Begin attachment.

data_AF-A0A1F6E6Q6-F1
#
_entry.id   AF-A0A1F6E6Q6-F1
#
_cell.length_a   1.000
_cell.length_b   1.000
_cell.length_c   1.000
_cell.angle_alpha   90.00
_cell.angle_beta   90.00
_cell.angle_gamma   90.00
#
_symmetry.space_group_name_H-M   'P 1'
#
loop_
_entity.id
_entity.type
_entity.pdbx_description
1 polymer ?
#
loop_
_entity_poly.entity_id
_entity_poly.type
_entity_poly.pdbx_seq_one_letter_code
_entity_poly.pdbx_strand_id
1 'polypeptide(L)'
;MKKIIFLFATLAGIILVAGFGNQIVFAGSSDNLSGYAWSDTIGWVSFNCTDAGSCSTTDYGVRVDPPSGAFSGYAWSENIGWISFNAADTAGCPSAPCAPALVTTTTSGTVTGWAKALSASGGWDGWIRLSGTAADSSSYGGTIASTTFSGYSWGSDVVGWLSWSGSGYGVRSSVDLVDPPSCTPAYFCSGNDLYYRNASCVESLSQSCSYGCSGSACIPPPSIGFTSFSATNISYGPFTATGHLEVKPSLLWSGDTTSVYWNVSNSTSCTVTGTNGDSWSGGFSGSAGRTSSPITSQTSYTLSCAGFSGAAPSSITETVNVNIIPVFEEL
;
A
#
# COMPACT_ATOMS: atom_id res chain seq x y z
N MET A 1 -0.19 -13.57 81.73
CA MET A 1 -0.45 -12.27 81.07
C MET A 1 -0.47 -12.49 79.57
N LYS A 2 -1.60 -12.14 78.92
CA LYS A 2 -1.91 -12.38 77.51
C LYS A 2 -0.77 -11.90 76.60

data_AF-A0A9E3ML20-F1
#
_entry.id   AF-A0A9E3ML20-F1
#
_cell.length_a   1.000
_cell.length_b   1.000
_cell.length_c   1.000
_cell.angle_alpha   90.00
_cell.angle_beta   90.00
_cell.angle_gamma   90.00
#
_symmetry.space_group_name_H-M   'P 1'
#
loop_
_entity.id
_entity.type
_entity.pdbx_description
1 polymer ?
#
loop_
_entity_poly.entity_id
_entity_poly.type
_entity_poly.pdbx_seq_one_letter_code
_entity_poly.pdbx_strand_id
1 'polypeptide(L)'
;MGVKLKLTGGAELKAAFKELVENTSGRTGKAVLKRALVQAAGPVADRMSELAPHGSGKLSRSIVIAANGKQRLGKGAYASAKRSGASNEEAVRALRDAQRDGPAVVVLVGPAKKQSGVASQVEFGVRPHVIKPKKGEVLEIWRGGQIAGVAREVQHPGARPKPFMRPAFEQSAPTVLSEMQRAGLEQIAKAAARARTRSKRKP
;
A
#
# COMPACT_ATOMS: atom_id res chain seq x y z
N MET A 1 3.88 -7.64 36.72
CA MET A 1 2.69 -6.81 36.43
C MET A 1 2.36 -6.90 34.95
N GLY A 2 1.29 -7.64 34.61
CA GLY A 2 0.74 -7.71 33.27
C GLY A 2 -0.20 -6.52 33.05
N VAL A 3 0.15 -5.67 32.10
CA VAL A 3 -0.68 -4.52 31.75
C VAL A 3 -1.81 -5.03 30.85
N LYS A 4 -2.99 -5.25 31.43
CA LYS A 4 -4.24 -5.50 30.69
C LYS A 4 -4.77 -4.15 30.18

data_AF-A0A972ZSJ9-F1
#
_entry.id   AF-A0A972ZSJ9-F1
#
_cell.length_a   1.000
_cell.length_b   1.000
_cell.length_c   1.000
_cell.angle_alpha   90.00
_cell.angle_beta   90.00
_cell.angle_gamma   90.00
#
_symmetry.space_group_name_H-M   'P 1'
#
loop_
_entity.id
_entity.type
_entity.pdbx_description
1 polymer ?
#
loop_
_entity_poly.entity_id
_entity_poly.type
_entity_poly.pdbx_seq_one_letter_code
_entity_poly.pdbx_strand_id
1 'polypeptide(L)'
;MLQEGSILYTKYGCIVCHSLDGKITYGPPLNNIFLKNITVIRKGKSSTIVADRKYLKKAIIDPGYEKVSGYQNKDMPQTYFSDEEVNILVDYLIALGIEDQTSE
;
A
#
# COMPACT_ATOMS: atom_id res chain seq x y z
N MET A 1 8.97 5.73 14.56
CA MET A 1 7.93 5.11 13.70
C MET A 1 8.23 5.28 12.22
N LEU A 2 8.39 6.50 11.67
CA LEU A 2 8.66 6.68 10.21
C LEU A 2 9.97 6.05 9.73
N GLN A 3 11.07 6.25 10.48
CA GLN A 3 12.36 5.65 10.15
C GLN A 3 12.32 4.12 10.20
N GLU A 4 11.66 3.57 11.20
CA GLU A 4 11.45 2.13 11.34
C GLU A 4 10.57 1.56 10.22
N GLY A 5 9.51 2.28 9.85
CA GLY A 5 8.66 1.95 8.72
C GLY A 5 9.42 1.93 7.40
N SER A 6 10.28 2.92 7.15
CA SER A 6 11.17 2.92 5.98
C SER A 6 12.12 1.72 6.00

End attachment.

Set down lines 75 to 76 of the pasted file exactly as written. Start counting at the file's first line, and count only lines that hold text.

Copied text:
C VAL A 3 -1.81 -5.03 30.85
N LYS A 4 -2.99 -5.25 31.43